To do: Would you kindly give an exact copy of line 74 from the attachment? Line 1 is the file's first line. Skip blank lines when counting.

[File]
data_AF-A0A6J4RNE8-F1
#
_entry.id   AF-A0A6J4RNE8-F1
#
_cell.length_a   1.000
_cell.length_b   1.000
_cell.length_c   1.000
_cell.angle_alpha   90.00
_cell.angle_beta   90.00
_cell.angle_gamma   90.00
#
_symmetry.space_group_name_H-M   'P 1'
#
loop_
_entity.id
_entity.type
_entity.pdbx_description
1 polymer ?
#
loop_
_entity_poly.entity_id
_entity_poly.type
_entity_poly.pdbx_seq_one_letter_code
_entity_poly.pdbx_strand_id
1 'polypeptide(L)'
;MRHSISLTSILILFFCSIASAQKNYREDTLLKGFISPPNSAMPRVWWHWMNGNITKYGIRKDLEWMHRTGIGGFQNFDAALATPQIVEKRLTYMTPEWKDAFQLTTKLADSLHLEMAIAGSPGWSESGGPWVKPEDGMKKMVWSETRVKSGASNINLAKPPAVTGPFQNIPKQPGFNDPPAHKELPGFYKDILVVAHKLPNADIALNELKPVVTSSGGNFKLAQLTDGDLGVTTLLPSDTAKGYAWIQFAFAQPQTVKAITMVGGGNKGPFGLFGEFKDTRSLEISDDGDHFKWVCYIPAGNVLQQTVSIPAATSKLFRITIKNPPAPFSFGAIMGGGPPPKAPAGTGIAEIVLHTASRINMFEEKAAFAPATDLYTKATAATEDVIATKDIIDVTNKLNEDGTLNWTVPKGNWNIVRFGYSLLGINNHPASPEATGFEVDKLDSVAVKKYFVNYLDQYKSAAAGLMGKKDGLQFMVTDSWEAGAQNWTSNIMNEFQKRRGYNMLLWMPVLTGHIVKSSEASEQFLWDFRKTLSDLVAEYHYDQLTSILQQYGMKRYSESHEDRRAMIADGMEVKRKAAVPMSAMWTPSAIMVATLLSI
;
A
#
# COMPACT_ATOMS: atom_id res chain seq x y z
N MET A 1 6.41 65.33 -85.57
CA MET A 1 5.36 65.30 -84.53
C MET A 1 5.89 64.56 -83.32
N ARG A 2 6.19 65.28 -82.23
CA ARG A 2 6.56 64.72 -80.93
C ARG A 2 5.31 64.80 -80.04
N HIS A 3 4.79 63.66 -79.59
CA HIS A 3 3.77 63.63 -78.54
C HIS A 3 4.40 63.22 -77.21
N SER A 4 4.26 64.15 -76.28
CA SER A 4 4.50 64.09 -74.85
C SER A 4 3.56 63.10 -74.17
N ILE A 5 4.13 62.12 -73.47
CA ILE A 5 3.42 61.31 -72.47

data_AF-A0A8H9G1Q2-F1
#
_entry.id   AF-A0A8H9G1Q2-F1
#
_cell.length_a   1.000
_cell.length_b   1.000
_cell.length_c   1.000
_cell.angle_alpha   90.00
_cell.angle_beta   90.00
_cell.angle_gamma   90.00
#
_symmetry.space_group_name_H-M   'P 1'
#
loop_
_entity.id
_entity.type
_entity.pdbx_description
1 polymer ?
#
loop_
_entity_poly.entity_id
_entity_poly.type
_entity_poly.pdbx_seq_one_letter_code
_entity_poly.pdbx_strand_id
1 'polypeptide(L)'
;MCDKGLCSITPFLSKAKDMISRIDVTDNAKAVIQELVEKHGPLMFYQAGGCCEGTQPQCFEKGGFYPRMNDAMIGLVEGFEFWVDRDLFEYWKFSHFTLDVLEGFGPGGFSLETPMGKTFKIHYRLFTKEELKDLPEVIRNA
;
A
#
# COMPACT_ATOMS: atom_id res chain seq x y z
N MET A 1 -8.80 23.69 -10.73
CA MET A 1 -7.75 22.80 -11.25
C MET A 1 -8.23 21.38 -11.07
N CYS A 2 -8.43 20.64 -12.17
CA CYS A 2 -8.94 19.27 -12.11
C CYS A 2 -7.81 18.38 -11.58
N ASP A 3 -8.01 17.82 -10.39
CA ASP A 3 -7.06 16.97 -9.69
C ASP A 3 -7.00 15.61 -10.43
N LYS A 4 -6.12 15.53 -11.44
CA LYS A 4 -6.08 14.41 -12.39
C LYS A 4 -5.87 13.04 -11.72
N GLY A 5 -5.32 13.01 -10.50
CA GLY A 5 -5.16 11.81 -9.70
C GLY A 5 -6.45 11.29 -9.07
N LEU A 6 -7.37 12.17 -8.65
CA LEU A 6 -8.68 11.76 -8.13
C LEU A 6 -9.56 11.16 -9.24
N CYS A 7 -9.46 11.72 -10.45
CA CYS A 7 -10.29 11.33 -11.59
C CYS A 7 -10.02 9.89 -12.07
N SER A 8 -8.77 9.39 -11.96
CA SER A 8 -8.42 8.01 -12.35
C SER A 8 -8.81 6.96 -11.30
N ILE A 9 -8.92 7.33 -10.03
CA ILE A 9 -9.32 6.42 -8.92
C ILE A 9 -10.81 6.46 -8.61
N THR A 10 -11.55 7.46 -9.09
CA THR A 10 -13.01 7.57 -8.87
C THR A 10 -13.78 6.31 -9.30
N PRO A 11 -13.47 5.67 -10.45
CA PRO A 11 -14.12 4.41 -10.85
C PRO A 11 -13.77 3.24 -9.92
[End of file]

# COMPACT_ATOMS: atom_id res chain seq x y z